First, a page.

Have you recently welcomed a foster child into your Scotland home and you’re feeling concerned that they may not be connecting as well as you hoped with your birth children? Because you want to ensure the home environment is safe, secure, comfortable and loving for everyone, being an alert parent and foster parent is essential. You need to be in tune with all the children in your home – both foster and birth – and recognise when they could use a little help.

Here’s a look at four things you can start doing right away to help your foster child form a better and stronger connection with your birth children and vice versa.

Make It a Team Event from the Start

Acceptance and connection often start with your birth children, so it’s important to have a one-on-one conversation with them and stress the importance of being a team. Everyone needs to be on the same page, working together and sharing the same goals so that your foster child feels safe and secure. Talk to them about showing understanding and empathy towards what the foster child may be experiencing. They are the ones in a new place and it can be very scary, let alone any emotions they may be working through from their previous living situation. When everyone works as a team, you will be much stronger.

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Talk to Each Child About How They are Feeling

It’s also important to do regular check-ins, asking your birth children and foster child how they are feeling. Do they have any concerns, anything that is bothering them, or anything they would like to address? Again, this should be a one-on-one conversation so that you build trust. Even once things seem to be going well, these conversations will still be important as things can pop up and small obstacles can occur.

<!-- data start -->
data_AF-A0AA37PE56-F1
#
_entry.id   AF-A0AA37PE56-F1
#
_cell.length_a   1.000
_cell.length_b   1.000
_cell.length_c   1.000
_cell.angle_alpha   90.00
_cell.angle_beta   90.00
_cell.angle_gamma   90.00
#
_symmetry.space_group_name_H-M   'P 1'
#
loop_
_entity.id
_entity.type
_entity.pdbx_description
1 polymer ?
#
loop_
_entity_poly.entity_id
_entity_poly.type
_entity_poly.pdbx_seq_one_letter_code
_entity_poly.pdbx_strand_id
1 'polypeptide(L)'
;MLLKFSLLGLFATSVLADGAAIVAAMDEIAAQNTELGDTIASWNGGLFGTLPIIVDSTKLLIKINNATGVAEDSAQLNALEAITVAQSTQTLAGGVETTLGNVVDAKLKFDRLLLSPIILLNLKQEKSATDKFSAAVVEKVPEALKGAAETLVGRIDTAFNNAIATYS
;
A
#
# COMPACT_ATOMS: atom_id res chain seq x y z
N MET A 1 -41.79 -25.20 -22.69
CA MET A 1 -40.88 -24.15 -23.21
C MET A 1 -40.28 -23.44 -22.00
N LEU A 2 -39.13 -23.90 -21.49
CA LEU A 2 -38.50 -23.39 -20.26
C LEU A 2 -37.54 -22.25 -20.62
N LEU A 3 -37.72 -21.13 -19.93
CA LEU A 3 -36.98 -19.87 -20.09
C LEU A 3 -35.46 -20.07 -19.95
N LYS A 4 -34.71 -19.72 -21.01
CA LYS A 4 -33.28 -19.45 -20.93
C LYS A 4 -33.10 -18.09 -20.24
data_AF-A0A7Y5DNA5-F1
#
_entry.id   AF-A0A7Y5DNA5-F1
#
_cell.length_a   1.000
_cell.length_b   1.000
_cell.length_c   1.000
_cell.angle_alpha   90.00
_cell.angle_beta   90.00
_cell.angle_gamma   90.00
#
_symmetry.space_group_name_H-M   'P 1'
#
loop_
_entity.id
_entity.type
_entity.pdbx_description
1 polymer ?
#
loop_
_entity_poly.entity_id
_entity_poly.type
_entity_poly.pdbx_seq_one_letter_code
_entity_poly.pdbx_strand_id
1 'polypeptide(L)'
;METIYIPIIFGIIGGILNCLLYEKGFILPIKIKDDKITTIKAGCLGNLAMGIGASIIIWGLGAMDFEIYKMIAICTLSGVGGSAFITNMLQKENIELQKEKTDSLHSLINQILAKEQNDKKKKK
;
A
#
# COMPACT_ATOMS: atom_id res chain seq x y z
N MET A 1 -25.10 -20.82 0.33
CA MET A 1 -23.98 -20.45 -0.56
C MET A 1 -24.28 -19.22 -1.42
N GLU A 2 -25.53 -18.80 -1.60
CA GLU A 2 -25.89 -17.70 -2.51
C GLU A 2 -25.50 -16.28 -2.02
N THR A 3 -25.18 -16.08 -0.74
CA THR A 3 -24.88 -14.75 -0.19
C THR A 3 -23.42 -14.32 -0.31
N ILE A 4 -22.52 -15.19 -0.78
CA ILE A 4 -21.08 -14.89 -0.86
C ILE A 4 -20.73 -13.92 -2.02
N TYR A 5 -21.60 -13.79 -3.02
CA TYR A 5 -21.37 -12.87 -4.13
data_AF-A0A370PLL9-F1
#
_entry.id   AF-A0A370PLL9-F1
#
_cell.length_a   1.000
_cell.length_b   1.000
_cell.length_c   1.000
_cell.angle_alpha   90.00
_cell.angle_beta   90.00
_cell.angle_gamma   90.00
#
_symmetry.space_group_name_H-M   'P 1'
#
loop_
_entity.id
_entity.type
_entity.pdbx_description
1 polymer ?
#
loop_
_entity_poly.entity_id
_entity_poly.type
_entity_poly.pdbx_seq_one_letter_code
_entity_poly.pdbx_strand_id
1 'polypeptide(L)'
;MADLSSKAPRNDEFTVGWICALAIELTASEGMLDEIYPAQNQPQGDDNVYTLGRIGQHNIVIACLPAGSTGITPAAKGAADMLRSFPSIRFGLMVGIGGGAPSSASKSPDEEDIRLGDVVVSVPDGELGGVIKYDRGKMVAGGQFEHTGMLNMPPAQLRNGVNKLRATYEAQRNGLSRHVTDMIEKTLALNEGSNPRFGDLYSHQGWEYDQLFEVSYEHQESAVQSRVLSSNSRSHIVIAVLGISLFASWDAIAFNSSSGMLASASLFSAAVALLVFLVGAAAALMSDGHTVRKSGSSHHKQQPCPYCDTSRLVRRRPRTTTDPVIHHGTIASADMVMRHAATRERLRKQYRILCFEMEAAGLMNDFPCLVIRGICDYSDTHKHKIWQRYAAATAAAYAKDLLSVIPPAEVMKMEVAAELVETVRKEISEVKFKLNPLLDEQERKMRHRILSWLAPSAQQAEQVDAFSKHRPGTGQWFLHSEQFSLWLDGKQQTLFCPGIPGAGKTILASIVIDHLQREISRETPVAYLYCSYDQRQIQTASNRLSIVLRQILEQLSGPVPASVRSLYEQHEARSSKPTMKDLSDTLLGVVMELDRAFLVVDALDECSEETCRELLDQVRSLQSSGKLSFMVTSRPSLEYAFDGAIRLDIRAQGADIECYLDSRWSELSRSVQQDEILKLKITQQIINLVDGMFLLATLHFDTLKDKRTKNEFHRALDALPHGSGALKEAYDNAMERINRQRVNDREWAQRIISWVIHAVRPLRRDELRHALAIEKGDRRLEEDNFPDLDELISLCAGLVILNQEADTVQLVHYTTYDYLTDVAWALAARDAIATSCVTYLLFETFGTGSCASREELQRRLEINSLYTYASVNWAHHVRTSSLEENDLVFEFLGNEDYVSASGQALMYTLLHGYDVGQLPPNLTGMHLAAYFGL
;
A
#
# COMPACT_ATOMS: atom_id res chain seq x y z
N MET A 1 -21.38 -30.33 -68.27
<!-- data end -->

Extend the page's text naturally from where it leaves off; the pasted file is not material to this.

Schedule Fun Family Activities

What better way for everyone to bond than by engaging in fun family activities? These can be big or small and include such things as family cooking or baking night, movie night at home, going to a local park, visiting a local zoo or science centre (a kid-friendly attraction), and taking a class together — there are so many options. If your kids and foster child are old enough, be sure to ask what they want to do so they feel part of the process. When everyone is having fun and engaged in activity, this is typically when they let their walls down and bonds can start to form.

Don’t Hesitate to Ask for Help from the Foster Service

If you are still looking into fostering and want to know what kind of support will be available for you once you have taken on a child, you may be pleasantly surprised to learn that there will be plenty of it from your foster service. Foster agencies such as fcascotland.co.uk take a whole family approach in that the foster child and the foster family – including the birth children – all qualify for support. This can be a great way to learn some helpful tools that benefit the whole family.

Building a connection between your foster child and birth children doesn’t necessarily happen overnight; instead, it takes time and work. The important thing to remember is how incredibly rewarding this experience will be for all.